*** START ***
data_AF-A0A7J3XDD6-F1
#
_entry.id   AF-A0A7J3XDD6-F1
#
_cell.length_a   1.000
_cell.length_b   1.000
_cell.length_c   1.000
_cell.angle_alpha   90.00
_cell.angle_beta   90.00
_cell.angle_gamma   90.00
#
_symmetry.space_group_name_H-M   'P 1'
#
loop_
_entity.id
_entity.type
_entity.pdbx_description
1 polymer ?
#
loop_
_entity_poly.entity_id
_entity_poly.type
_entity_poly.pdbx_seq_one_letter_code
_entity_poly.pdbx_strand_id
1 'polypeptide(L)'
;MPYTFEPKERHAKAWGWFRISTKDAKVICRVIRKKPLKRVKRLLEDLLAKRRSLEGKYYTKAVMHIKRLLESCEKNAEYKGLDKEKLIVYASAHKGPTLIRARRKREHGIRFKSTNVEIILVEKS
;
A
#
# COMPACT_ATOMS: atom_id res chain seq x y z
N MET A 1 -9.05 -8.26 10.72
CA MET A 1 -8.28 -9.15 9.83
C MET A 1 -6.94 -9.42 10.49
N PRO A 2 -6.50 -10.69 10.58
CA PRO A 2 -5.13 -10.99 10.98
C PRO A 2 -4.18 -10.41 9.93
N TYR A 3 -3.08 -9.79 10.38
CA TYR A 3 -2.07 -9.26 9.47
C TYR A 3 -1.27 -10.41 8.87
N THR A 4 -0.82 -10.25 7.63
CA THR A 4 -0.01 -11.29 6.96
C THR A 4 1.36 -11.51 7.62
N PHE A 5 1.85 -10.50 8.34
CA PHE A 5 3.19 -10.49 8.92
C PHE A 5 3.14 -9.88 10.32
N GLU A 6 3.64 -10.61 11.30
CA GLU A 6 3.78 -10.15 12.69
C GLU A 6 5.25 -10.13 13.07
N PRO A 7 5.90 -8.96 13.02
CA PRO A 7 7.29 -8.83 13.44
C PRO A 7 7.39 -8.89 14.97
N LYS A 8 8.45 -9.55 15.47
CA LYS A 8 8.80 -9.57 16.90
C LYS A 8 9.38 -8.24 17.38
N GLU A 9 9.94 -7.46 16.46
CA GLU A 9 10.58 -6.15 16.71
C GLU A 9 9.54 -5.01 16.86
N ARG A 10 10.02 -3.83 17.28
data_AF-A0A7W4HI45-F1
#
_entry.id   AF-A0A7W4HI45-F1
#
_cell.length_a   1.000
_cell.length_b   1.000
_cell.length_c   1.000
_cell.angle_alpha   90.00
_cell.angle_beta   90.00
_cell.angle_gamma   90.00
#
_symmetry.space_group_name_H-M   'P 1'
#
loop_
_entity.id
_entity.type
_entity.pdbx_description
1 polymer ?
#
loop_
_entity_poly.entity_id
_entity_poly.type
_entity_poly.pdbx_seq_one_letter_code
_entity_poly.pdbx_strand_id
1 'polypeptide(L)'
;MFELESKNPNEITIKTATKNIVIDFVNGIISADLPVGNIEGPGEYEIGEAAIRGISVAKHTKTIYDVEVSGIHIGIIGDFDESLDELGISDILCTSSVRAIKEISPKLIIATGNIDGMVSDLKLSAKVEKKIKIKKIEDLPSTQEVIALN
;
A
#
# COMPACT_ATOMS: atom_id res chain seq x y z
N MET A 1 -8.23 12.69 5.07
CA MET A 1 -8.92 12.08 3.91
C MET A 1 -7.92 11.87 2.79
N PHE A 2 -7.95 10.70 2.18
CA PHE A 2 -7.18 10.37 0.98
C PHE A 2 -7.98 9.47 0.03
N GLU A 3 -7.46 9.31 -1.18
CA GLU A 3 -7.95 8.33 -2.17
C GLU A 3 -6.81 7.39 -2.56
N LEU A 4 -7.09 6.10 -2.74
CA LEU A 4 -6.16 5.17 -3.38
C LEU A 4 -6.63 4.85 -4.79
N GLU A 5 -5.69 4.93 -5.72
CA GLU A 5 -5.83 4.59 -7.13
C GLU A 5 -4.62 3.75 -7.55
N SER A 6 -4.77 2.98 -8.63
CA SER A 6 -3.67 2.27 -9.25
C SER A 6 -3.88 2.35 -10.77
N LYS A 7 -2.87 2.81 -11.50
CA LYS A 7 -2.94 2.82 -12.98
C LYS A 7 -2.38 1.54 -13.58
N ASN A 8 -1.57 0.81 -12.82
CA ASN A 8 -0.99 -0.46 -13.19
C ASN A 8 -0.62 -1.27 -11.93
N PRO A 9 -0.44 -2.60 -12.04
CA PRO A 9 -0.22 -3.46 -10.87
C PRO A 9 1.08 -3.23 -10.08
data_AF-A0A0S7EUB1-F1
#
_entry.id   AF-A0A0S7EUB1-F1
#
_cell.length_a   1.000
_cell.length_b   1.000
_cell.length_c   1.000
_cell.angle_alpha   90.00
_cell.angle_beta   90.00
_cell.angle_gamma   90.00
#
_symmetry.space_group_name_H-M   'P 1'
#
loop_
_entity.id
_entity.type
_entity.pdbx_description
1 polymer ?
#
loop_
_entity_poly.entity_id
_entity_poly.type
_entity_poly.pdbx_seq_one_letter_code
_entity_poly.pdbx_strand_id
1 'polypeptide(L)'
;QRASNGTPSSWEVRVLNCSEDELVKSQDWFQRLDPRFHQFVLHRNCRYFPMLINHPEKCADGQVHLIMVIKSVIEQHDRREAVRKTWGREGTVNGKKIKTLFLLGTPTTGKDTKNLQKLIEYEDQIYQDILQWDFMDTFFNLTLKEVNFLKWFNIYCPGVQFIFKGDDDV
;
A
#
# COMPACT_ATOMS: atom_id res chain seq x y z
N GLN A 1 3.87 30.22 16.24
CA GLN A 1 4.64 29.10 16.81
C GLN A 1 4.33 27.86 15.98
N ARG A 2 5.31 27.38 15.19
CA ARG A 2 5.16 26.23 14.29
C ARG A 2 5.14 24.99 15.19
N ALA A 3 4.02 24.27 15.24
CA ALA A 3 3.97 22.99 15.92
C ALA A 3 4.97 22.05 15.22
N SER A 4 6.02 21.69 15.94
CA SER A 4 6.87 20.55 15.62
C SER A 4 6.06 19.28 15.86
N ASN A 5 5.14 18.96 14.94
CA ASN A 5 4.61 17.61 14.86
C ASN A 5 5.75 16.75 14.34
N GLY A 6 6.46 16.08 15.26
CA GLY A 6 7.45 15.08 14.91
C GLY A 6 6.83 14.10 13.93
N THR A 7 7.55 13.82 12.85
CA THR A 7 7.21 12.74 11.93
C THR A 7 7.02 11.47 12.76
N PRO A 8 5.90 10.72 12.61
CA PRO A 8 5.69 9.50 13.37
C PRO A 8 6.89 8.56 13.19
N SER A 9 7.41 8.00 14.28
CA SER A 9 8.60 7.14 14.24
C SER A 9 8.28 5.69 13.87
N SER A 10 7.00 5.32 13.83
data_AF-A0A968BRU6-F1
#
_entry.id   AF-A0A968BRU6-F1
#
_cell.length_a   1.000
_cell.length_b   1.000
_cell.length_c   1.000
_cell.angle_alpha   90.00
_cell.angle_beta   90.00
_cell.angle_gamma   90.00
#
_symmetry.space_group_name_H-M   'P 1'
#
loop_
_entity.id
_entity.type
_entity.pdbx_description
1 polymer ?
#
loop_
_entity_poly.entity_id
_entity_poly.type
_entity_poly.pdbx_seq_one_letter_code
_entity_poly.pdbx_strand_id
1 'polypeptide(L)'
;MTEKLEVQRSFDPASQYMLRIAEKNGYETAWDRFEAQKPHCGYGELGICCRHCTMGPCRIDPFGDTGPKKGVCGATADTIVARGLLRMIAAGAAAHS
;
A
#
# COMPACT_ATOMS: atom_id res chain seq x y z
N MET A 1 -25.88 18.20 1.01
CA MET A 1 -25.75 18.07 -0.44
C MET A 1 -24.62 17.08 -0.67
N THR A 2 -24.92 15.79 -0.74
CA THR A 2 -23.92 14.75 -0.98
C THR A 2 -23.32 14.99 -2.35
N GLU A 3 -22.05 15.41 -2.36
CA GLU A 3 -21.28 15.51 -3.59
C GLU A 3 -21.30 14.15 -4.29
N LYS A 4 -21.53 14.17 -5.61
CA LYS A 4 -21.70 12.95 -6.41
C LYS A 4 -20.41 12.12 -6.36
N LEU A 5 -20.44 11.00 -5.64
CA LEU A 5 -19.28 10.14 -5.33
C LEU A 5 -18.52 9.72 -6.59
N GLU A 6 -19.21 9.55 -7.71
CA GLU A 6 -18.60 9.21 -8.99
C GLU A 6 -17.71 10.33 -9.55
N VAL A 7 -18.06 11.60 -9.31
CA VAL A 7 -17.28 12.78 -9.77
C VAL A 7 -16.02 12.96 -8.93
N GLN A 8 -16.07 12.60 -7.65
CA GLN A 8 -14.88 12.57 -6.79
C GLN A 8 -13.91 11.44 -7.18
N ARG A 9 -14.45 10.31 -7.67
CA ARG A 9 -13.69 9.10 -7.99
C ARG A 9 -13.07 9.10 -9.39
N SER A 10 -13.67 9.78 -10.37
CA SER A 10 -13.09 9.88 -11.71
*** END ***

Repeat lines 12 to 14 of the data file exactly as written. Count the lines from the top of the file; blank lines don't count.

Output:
_symmetry.space_group_name_H-M   'P 1'
#
loop_